How to make Lambs Wool: A traditional Halloween Drink
Halloween traditional drink
Halloween in Celtic times was the ultimate celebration at the end of the harvest season. The last night of autumn before the old year passed and the new one began. Hallowed evening was also the one time during the year when all the spirits from the other world were given a free reign to walk the earth and revisit their former earthly domain.
The Celts at this time believed that on Halloween the usual barrier that existed between the old and the new worlds was opened and became a portal through which the dead could pass back through it and regain access to their world.
So it was no surprise then that the Celtic race often decided they needed to partake of a few stiff spirits of their own to build up their nerve to get them through this night that they believed to be the ultimate party of the damned.
The most traditional known Halloween drink in Ireland is known as Lambs Wool and is made using milk and crushed apples
Lambs Wool ( A traditional Halloween Drink)
- 6 Baking Apples
- 2 Tablespoons of brown sugar,
- 2 table spoons of cider (this can be replaced with ginger ale for children)
- A pinch of nutmeg
- A pinch of Cinnamon
- A pinch of ground ginger
What Do I Need To Do
1. Firstly you will need to bake the apples in a baking tray at 450F for about an hour. Or until the apples soften or begin bursting. (An alternative - and quicker- procedure is to peel and boil the apples until they are very soft and flaky.) You can then leave the apples whole, or break them up.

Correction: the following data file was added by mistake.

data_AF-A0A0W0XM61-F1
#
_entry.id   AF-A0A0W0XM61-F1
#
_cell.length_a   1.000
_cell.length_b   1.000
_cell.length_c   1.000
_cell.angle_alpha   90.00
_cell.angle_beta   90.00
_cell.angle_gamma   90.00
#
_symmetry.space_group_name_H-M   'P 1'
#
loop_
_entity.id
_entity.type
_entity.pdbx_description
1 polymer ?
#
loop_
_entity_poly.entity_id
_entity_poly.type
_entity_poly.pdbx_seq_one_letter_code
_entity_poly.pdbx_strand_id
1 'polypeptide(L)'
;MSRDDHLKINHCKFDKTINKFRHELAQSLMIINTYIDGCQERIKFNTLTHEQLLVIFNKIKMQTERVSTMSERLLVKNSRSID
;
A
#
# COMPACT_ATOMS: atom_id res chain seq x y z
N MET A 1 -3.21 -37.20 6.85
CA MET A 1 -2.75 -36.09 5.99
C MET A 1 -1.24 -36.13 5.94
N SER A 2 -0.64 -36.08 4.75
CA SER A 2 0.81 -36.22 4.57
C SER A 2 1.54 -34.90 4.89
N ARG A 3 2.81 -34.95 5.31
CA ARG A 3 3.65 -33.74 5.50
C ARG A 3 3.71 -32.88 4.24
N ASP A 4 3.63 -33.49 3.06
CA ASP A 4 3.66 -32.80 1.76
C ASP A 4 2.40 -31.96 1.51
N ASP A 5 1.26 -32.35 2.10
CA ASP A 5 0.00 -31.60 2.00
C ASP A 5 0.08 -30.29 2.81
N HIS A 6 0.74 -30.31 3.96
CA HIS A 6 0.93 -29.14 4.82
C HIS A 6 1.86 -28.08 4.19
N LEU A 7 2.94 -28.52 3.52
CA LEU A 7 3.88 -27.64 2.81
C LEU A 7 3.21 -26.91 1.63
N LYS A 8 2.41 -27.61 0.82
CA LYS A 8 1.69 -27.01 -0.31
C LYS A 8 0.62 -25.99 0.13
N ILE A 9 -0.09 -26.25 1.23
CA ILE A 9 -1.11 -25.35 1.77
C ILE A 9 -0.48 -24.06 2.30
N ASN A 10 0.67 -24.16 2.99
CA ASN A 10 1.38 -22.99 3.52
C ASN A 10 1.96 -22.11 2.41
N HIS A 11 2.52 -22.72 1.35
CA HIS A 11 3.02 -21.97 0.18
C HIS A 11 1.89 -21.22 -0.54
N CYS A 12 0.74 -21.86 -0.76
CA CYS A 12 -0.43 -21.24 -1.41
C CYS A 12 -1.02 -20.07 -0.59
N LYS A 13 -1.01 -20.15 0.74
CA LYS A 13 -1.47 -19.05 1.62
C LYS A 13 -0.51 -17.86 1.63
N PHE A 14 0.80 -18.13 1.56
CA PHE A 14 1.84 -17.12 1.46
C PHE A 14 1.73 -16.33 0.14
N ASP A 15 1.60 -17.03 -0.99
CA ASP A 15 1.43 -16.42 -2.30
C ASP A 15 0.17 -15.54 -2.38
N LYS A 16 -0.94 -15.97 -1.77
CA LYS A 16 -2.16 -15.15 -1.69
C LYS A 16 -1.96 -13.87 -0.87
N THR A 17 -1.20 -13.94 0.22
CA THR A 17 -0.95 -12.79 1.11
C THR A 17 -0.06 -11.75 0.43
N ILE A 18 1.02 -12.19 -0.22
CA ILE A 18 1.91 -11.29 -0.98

2. In a large saucepan, dissolve the sugar a few tablespoons at a time. Then add the cider or ginger ale, taste it and check it for level of sweetness (this is up to you depending on how you like it). Now add your spices and then bring to the boil and simmer for about 10 to 15 minutes. Pour the liquid over the apples in a large punch bowl, or else pour into large heat resistant mugs.
3. You should have about 8 good size cups of Lambs Wool. Nuts make a very nice accompaniment to Lamb's Wool (they were originally roasted in with the apples.) Enjoy but hope you don’t overdo it and end up hearing lots of unleashed spirits swirling around you the next morning.
Banshee, Ireland's Death Messenger
- Banshee The Irish Death Messenger
My own favorite Irish spirit can often still raise the hairs on the back of my neck. Some may say she is just merely a sweet little old fairy lady but here in Ireland she is ensconced in our minds as being the ultimate symbol of an imminent death abo
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